Sir Edward MONTAGUE,

Lord Chief Justice

Died: 1557

Father: Thomas MONTAGUE of Hemington

Mother: Agnes DUDLEY

Married 1: Agnes KIRKMAN

Married 2: Cecily LANE BEF Oct 1512


1. Ralph MONTAGUE (d. young)

2. Thomas MONTAGUE (d. young)

3. Robert MONTAGUE (d. young)

4. Dorothy MONTAGUE



Married 3: Ellen ROPER (d. 1563) (dau. of John Roper and Jane Fineaux)


7. Edward MONTAGUE of Boughton Castle (Sir Knight)



10. Thomas MONTAGUE

11. William MONTAGUE

12. Elizabeth MONTAGUE

13. Eleanor MONTAGUE

14. Isabel MONTAGUE


16. Margaret MONTAGUE

17. Agnes MONTAGUE

Montagu,Edward01.jpg (17492 bytes)

In about 1450 Richard Ladde, a prosperous yeoman living at Hanging Houghton in the parish of Lamport, Northamptonshire, adopted his wife's family name of Montague, possibly out of admiration for her or her forebears, the medieval Montagus, Earls of Salisbury.

It was his grandson Edward who in 1528 purchased the Monastery at Boughton from St. Edmundsbury Abbey. For almost 40 years until his death in 1556/7 he lived at Boughton, building on the South East side of the Great Hall of the Monks, and making it a worthy home for someone of his increasing stature and influence.

Studied at Cambridge, called to the bar at the Middle Temple. Steward of Northamptonshire from 1520, he became nationally important in politics and the law in the mid 1530s. Commissioner of the Sewers for Huntingdon, 1531; made sergeant-at-law with 5 day feast with King and Queen in attendance, 1531; Commissariat Commissioner of royal forces in Northamptonshire during Pilgrimage of Grace rebellion, 1536; king's sergeant, 1537; knighted, 1537. Profited greatly, as did many nobles, by the dissolution of religious lands. Made Lord Chief Justice of the King's Bench in 1538 and Chief Justice of the Common Pleas in 1545; member of council of regency carrying on government during minority of Edward VI, as stipulated in will of Henry VIII.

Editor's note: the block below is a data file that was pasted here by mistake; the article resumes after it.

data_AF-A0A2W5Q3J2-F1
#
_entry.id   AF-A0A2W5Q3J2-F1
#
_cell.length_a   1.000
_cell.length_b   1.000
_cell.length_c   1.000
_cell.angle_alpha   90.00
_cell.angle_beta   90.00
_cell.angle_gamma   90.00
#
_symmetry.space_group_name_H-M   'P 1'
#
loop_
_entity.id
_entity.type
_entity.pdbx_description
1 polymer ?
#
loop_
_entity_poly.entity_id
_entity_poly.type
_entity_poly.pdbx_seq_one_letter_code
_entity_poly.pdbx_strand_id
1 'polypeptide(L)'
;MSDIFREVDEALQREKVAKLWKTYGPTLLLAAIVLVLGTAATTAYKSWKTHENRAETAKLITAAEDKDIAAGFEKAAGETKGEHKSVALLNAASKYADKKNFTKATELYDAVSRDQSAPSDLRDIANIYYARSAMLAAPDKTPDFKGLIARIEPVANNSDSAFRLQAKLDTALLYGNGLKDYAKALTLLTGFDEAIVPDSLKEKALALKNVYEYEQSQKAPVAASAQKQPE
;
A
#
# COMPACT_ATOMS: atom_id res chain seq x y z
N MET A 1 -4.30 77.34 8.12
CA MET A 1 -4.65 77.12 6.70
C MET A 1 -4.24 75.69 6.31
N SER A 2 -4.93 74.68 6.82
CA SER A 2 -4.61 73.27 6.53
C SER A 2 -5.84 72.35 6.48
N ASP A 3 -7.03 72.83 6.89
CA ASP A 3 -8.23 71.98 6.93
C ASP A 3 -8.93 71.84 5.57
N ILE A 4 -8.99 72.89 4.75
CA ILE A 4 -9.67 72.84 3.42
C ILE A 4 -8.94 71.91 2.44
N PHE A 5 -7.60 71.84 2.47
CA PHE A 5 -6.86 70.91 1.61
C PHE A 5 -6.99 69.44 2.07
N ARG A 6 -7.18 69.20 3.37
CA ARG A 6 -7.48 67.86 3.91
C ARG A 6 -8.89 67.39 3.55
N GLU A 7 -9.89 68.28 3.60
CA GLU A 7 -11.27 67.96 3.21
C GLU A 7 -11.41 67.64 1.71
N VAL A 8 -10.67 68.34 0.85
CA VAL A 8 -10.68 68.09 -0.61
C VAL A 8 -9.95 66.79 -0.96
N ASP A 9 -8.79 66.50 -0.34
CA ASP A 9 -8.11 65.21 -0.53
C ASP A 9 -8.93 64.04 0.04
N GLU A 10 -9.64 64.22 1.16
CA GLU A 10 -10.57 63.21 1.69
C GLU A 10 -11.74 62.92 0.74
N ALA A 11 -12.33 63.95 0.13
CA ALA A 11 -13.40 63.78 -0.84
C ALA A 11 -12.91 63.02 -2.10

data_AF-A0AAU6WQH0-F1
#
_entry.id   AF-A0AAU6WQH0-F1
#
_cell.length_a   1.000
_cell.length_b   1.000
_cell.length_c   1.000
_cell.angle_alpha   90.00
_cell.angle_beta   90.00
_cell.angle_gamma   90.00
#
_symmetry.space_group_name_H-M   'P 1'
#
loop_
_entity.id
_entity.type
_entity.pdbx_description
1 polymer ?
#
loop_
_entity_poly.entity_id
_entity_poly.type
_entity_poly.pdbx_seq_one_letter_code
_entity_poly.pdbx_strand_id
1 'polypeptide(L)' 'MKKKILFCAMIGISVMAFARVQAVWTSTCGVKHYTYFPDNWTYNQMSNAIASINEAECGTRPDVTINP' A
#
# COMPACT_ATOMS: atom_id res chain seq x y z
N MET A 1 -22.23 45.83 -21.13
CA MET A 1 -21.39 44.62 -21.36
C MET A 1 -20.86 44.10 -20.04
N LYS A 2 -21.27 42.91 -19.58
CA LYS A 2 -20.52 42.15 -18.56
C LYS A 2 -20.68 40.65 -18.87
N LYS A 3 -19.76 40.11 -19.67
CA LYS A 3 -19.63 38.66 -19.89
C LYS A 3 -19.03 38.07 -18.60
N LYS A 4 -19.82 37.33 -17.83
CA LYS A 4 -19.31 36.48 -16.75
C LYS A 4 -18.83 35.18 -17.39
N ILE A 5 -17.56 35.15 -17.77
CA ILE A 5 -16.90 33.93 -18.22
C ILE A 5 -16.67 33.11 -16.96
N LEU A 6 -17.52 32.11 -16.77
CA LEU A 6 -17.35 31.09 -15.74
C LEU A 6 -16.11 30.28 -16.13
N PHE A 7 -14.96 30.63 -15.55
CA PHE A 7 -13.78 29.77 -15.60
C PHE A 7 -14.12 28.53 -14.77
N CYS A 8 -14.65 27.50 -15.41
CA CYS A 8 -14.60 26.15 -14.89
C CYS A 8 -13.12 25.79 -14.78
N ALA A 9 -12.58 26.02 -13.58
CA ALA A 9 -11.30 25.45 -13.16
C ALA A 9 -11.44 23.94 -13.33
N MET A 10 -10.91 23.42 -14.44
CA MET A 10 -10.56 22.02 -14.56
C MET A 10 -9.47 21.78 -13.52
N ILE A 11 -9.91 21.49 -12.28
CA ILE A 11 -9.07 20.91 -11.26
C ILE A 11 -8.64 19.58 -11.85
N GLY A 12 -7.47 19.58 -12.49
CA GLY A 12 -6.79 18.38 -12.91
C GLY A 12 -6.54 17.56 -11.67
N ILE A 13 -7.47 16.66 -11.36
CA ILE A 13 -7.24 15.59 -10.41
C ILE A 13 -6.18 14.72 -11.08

In 1553 `required' by John Dudley, Duke of Northumberland to alter the King's will to favor the succession of Lady Jane Grey, decided that the effort was treasonable, but was promised parliamentary pardon, drafted the will and appended his signature as one of the guarantors. Sir John Baker said that he and Montague were "called to the court and ordered by the King himself to draw up the legal instrument necessary to devise the crown away from his half-sisters".

His involvement in the power struggle over the succession landed him in the Tower when Queen Mary came to the throne; released on paying a large fine and forfeiting land.

It was a hard time for men of principle, and that Sir Edward was one of these is apparent from the inscription on his fine tomb in Weekley Church:

"Farewell, O Edward Montague father of Justice and master of the Law, you whom sober skill has nourished and wicked knaves of men have feared have lived in the ancient manner, a lover of peace and a unyielding guardian of virtue and scourge of vice... "

Sir Edward married three times, and was suc. by his first son of his third marriage, Sir Edward Montague of Boughton. Edward the elder left to the Middle Temple in his will "the great gilt cup which was one of the legacies of Lady Derby, to whom I was executor, my arms with hers to be set upon it". His daughter Elizabeth married William Markham of Okley.



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